Biogenesis of the mitochondrial oxidative phosphorylation system, which produces the bulk of ATP for almost all eukaryotic cells, depends on the translation of 13 mtDNA-encoded polypeptides by mitochondria-specific ribosomes in the mitochondrial matrix. These mitoribosomes are dual-origin ribonucleoprotein complexes, which contain mtDNA-encoded rRNAs and tRNAs and ∼80 nucleus-encoded proteins. An increasing number of gene mutations that impair mitoribosomal function and result in multiple OXPHOS deficiencies are being linked to human mitochondrial diseases. Using exome sequencing in two unrelated subjects presenting with sensorineural hearing impairment, mild developmental delay, hypoglycemia, and a combined OXPHOS deficiency, we identified mutations in the gene encoding the mitochondrial ribosomal protein S2, which has not previously been implicated in disease. Characterization of subjects' fibroblasts revealed a decrease in the steady-state amounts of mutant MRPS2, and this decrease was shown by complexome profiling to prevent the assembly of the small mitoribosomal subunit. In turn, mitochondrial translation was inhibited, resulting in a combined OXPHOS deficiency detectable in subjects' muscle and liver biopsies as well as in cultured skin fibroblasts. Reintroduction of wild-type MRPS2 restored mitochondrial translation and OXPHOS assembly. The combination of lactic acidemia, hypoglycemia, and sensorineural hearing loss, especially in the presence of a combined OXPHOS deficiency, should raise suspicion for a ribosomal-subunit-related mitochondrial defect, and clinical recognition could allow for a targeted diagnostic approach. The identification of MRPS2 as an additional gene related to mitochondrial disease further expands the genetic and phenotypic spectra of OXPHOS deficiencies caused by impaired mitochondrial translation.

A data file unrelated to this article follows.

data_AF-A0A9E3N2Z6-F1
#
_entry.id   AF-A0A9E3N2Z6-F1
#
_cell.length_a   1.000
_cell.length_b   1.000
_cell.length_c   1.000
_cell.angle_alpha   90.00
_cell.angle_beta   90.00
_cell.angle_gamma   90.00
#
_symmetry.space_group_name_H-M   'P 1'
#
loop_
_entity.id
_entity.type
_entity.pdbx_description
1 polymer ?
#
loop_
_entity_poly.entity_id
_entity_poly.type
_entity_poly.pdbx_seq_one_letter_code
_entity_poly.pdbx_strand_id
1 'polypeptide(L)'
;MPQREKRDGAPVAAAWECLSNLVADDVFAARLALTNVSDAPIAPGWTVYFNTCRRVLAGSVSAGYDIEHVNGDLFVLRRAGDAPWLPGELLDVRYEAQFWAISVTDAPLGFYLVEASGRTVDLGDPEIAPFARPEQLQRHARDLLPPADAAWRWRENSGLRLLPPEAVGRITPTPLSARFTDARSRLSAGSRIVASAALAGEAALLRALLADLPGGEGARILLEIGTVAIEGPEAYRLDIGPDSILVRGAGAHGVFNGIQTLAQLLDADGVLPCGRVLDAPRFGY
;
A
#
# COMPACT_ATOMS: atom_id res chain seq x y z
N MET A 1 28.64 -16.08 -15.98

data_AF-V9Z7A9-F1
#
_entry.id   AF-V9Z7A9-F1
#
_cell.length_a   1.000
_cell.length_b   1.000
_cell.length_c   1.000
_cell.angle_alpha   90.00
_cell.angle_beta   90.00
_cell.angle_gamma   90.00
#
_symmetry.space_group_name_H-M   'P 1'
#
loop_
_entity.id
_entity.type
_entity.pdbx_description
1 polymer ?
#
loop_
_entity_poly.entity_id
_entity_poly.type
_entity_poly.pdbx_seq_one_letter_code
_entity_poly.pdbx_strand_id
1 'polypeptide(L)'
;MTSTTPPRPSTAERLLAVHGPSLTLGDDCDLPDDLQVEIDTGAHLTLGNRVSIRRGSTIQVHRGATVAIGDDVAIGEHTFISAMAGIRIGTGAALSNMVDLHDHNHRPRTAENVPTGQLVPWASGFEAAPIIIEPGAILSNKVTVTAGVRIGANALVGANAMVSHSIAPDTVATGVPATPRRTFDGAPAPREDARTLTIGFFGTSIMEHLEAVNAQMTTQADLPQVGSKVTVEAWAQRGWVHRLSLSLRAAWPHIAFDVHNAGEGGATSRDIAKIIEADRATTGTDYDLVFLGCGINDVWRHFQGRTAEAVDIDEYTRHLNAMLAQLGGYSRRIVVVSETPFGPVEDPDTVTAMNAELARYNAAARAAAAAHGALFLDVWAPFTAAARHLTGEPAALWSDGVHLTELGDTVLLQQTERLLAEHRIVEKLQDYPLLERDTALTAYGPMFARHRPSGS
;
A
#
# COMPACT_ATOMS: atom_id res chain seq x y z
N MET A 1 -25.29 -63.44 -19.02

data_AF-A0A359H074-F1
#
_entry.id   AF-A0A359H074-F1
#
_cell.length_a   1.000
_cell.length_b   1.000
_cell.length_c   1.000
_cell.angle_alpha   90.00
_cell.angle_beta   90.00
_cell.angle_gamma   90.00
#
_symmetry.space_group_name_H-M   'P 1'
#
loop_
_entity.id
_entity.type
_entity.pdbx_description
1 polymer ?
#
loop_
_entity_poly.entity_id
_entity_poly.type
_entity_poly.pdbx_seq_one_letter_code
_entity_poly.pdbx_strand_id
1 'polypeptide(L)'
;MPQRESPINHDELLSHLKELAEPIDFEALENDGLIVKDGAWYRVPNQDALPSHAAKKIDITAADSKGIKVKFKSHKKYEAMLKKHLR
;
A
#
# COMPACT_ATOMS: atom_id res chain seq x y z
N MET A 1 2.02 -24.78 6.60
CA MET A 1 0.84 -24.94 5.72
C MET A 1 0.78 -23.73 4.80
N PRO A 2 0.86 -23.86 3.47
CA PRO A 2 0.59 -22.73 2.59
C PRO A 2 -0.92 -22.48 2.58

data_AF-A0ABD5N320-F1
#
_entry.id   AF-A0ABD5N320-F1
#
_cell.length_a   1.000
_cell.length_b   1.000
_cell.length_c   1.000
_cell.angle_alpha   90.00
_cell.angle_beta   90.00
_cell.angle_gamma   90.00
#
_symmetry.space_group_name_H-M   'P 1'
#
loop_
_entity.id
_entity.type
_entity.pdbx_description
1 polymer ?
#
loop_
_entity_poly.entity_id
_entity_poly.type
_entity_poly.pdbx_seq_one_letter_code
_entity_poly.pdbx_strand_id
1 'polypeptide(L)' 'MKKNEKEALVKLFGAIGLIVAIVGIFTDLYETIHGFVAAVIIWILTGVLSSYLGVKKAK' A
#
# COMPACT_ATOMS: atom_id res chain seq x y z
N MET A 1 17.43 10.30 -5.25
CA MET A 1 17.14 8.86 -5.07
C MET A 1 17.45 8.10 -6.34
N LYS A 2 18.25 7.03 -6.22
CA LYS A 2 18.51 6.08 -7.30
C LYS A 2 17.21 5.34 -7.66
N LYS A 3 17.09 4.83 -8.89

Keywords: 2-oxoglutaric acid; combined OXPHOS complex deficiencies; complexome profiling; hearing loss; mitochondrial ribosomes; mitochondrial translation defect; wrinkly skin.
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